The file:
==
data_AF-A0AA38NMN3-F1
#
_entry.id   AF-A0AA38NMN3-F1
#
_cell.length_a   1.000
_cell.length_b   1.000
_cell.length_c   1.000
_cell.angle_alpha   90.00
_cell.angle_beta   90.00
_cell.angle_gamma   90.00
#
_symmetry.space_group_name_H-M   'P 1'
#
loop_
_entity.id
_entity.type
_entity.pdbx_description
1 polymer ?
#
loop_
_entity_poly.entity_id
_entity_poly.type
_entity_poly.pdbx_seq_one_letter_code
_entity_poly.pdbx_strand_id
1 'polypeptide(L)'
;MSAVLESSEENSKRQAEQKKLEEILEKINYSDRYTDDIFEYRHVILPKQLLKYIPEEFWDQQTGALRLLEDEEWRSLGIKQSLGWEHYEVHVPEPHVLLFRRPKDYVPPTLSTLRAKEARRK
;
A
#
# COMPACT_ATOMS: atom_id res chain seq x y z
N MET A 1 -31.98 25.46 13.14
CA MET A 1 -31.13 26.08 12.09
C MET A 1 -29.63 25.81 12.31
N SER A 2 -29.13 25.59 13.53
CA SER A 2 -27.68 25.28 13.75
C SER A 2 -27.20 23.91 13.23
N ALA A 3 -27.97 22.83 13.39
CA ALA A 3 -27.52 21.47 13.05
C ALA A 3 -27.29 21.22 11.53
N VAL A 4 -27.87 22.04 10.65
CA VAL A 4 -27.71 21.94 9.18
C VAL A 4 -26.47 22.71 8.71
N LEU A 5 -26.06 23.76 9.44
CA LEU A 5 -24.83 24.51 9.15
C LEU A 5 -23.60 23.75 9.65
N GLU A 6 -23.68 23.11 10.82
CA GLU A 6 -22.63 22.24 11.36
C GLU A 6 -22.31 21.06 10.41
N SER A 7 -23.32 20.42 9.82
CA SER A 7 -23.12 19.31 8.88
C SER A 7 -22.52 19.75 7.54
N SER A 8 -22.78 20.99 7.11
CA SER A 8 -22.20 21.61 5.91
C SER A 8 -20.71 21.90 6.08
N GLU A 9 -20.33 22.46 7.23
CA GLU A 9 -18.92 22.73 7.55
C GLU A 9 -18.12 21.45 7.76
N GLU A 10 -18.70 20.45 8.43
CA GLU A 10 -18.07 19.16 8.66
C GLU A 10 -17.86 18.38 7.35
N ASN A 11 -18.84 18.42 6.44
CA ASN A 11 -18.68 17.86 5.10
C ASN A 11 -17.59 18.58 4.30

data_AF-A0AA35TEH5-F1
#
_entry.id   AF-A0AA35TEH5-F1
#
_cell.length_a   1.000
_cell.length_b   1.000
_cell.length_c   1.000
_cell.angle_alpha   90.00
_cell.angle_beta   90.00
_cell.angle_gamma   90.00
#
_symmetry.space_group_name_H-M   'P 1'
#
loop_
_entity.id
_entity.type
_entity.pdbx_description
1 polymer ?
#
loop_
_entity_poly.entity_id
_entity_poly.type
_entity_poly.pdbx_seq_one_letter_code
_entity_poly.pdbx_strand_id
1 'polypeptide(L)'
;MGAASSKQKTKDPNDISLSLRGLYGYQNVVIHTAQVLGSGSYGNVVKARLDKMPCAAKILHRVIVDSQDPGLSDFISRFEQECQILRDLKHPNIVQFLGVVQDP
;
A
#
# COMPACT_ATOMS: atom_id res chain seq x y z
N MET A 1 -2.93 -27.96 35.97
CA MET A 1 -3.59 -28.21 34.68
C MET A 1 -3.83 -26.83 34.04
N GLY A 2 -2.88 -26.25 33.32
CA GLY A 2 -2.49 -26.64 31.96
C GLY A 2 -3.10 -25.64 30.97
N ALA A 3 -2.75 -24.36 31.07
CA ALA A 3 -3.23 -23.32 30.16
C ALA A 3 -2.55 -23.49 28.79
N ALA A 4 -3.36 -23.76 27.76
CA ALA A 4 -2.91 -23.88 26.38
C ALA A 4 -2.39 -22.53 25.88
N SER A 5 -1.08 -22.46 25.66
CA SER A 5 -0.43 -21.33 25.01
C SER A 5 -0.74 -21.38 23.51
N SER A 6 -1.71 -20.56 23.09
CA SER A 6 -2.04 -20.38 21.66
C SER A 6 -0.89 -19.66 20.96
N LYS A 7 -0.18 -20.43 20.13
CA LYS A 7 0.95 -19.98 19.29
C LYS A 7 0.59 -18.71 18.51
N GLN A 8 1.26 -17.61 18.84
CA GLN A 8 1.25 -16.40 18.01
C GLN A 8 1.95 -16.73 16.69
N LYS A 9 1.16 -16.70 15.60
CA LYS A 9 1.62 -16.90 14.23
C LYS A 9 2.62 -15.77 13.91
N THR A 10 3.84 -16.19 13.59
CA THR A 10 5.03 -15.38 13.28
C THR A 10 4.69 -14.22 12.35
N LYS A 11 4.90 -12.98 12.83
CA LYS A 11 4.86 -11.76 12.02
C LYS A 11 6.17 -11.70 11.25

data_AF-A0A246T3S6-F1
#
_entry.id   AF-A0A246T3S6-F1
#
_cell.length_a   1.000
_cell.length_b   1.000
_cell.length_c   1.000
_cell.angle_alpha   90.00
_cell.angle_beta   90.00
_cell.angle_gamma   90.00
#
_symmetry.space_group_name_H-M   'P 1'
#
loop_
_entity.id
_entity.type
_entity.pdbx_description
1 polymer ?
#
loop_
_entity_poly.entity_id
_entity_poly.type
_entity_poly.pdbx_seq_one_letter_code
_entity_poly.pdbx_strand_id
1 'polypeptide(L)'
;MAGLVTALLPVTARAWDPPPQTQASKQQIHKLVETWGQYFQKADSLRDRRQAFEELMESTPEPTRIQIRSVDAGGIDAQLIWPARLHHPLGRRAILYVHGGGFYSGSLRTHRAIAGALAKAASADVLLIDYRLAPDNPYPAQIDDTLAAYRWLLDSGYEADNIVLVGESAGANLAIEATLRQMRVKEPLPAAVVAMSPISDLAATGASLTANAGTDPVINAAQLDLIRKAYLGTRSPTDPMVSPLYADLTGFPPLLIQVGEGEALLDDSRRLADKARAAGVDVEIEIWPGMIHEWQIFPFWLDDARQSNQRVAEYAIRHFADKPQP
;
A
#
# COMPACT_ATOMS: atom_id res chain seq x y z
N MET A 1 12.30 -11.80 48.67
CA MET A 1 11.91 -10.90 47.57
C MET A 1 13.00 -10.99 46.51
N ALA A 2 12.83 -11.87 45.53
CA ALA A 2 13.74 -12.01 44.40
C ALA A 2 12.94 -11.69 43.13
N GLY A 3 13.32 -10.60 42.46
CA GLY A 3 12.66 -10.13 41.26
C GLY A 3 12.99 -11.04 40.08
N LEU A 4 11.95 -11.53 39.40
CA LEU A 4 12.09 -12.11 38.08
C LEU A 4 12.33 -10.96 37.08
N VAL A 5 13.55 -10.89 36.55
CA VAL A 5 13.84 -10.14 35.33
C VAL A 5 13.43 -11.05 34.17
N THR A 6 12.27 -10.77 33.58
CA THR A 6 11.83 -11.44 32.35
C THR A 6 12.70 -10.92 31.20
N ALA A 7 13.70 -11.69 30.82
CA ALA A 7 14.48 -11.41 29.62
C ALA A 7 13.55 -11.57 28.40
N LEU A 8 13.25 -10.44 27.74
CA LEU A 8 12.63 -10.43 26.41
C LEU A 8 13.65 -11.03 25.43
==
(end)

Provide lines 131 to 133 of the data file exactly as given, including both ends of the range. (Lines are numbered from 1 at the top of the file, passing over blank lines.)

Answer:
_cell.length_a   1.000
_cell.length_b   1.000
_cell.length_c   1.000